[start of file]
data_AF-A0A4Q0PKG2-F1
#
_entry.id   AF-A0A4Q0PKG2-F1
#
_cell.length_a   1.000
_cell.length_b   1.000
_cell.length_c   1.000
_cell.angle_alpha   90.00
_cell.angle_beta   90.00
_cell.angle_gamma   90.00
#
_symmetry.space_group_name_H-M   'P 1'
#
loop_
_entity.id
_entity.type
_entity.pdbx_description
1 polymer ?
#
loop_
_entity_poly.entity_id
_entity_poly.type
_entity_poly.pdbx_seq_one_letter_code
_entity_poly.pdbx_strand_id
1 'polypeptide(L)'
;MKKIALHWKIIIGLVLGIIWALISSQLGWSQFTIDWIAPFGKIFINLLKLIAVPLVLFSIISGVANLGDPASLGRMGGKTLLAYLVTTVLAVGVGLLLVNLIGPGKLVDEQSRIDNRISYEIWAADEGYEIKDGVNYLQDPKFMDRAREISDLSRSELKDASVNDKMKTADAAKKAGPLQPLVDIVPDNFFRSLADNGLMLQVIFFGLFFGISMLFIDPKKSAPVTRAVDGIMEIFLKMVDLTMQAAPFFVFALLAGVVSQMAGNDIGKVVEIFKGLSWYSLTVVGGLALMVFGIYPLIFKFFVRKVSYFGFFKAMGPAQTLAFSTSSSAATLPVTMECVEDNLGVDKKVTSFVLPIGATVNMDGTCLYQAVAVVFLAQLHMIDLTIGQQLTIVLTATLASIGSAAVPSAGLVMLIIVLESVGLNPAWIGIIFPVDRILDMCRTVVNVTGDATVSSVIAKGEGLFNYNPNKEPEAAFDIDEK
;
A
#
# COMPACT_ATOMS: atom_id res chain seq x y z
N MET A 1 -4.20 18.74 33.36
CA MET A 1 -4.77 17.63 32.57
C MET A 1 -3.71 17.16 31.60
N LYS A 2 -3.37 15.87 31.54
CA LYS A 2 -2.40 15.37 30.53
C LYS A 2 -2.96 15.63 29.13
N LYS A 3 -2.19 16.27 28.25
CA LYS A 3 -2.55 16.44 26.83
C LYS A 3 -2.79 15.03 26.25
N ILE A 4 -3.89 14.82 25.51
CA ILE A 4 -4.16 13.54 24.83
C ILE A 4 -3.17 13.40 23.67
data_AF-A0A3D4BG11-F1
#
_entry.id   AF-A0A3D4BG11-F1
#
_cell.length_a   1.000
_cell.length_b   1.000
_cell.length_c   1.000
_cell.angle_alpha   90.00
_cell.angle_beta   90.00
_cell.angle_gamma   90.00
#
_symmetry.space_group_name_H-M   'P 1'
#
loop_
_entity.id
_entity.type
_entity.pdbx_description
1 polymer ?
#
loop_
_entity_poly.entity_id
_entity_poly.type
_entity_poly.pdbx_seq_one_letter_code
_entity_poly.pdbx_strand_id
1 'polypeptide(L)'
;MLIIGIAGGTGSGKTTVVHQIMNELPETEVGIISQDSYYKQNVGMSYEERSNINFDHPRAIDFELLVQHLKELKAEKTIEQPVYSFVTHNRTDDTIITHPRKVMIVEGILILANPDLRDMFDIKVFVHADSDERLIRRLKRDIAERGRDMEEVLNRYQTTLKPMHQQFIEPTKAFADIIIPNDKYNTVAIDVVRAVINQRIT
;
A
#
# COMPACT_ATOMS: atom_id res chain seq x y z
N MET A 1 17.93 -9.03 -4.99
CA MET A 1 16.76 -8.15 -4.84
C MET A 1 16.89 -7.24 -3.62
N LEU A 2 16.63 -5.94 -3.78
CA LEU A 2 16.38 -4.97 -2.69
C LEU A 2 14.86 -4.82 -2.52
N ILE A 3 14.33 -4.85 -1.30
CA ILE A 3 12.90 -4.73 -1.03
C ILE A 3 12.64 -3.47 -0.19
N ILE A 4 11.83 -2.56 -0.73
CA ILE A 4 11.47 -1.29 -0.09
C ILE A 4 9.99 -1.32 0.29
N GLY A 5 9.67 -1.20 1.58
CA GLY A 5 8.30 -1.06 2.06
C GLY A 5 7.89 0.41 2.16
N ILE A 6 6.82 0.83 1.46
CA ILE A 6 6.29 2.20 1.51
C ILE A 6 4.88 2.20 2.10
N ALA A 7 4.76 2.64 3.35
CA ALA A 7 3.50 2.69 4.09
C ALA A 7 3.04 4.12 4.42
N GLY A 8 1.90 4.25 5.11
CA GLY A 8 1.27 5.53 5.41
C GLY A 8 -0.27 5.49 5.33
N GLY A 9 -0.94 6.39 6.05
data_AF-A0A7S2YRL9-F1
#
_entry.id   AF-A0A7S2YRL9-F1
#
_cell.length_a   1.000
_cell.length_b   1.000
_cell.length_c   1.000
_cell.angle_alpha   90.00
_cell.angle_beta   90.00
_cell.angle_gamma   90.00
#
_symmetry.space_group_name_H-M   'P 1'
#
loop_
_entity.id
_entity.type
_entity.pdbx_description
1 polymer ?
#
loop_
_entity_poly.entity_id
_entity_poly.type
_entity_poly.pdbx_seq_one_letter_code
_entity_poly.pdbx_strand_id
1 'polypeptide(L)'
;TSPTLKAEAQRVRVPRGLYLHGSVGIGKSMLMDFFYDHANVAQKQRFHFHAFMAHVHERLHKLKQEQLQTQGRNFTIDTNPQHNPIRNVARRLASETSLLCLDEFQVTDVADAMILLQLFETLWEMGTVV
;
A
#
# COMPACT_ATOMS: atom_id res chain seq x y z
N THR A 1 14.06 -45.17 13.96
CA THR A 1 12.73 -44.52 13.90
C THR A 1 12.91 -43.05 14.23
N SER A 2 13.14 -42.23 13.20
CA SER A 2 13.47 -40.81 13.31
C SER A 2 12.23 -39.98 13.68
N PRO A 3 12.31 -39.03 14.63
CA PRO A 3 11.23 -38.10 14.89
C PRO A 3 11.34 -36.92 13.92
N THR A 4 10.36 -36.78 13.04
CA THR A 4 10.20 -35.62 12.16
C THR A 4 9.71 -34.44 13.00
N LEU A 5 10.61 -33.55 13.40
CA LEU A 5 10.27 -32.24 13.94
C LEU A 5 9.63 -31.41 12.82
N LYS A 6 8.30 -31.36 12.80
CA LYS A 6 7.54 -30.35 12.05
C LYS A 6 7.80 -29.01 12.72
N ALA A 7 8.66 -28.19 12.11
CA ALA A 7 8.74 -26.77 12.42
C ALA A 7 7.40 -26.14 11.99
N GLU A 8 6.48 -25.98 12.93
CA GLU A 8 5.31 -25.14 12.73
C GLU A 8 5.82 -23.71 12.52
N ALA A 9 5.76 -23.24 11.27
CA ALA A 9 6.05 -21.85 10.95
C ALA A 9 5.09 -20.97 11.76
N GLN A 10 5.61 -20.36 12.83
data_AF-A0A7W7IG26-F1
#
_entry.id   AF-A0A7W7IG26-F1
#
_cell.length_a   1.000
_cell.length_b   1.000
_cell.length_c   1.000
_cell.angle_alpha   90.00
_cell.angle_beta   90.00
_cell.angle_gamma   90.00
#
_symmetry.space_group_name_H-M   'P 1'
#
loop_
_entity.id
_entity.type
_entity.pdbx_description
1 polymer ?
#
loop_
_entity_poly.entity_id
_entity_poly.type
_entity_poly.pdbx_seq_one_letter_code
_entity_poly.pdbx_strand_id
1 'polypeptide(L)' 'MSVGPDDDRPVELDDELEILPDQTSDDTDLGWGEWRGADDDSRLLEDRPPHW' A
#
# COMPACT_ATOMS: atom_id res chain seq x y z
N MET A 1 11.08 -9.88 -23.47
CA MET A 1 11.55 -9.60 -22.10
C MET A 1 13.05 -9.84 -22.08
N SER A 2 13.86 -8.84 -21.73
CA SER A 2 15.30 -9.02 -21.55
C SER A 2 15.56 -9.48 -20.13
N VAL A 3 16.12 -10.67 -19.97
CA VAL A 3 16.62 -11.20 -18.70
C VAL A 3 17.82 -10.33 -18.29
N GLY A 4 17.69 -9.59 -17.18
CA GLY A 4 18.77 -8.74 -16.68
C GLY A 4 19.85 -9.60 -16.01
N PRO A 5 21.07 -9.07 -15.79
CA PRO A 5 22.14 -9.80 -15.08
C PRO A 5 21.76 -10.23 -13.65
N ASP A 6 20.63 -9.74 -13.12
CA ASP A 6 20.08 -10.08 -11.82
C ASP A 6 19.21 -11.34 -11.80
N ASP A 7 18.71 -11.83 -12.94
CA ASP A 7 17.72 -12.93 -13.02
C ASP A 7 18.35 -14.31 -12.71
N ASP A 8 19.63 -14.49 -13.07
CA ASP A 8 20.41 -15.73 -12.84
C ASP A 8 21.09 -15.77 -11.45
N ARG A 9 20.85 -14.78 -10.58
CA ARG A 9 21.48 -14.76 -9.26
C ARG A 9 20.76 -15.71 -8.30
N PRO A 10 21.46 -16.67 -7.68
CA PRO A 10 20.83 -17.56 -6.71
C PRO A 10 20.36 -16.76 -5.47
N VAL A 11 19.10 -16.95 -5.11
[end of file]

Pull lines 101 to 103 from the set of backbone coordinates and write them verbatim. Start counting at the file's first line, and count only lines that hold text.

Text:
#
_cell.length_a   1.000
_cell.length_b   1.000